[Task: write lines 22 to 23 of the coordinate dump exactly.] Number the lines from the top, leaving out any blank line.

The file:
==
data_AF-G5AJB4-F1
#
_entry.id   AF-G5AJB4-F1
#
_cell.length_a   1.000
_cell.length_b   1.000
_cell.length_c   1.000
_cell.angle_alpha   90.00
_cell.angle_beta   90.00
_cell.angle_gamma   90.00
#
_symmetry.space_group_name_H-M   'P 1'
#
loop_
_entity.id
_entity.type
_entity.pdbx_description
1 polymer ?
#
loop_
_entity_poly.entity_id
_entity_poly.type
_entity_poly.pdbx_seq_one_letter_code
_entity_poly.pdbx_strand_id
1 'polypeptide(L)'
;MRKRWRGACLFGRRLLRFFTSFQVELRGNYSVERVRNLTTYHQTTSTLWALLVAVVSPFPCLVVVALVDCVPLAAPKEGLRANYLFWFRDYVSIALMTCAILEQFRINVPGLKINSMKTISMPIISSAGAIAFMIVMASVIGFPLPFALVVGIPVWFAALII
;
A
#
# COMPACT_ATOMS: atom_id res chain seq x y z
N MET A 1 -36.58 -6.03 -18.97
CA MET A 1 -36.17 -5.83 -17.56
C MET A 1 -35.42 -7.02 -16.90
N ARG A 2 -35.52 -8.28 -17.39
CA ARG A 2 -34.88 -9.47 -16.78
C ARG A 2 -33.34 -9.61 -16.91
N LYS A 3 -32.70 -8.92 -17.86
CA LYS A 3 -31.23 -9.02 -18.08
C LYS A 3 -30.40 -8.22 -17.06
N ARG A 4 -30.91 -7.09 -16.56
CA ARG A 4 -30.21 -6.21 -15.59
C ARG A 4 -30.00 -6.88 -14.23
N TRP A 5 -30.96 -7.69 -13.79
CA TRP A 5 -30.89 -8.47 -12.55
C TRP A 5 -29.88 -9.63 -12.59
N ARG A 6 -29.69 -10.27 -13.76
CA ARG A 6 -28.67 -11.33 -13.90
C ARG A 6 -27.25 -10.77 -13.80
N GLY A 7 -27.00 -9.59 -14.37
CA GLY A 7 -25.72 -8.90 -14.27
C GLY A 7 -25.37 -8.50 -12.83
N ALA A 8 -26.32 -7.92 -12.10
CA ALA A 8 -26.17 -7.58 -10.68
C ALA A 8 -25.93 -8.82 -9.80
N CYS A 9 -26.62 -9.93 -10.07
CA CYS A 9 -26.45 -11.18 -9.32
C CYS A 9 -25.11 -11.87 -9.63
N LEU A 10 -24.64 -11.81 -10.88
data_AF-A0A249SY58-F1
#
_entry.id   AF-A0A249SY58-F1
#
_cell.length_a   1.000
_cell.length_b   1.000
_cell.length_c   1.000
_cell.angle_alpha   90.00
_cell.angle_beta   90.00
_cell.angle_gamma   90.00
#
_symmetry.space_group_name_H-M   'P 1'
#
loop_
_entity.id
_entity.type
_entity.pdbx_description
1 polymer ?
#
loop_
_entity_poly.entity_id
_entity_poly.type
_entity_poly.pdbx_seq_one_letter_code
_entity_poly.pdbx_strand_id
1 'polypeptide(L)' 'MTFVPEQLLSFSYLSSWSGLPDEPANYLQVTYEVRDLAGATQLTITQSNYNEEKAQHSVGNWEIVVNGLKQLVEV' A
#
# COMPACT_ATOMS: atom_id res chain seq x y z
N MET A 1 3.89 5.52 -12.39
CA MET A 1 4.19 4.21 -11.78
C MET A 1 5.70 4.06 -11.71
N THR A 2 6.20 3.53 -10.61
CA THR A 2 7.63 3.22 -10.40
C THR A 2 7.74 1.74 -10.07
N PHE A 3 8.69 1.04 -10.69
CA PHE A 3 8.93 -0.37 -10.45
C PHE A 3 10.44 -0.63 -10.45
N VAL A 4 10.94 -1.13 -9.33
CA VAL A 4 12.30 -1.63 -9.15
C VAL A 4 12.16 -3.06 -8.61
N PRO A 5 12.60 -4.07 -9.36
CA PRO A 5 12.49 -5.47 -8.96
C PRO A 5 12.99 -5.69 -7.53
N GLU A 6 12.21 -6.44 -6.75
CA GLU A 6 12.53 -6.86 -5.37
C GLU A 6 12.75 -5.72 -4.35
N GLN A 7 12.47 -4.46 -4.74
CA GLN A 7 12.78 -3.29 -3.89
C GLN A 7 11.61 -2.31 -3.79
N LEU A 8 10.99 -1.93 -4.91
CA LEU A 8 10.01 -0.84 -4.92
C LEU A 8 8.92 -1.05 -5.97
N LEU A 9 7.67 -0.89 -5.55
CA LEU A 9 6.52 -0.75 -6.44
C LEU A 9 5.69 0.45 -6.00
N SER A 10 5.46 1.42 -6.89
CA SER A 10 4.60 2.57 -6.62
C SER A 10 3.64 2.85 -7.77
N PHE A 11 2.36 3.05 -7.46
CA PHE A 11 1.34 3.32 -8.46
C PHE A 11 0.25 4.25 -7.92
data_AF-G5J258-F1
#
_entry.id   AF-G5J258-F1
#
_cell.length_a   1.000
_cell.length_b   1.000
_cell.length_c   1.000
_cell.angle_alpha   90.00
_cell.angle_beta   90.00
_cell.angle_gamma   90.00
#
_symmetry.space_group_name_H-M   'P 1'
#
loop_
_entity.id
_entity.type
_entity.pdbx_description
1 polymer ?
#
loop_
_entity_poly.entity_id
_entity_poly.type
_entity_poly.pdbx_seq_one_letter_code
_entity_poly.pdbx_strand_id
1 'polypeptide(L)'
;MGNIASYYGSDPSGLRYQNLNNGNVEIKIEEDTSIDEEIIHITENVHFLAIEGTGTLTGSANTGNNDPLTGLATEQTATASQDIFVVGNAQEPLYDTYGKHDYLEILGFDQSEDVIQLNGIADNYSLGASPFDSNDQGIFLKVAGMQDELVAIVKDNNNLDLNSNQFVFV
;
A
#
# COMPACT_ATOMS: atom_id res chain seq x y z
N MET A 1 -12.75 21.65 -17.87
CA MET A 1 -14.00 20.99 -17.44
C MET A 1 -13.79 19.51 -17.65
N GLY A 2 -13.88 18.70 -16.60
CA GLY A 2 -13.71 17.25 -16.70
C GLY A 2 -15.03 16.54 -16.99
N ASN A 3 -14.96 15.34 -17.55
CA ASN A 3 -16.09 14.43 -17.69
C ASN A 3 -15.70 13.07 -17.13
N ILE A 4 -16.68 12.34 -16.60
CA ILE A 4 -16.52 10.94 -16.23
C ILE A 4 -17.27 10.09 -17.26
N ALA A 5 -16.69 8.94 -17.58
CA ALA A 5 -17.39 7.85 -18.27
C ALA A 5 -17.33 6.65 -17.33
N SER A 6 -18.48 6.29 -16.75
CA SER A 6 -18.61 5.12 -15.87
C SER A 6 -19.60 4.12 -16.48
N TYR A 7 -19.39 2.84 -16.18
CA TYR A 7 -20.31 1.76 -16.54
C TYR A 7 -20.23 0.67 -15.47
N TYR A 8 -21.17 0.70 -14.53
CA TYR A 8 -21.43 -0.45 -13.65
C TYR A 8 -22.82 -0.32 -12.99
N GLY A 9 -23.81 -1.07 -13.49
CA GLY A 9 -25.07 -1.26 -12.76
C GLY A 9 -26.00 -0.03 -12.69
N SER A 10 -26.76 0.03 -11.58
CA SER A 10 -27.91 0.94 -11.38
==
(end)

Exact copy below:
_entity_poly.type
_entity_poly.pdbx_seq_one_letter_code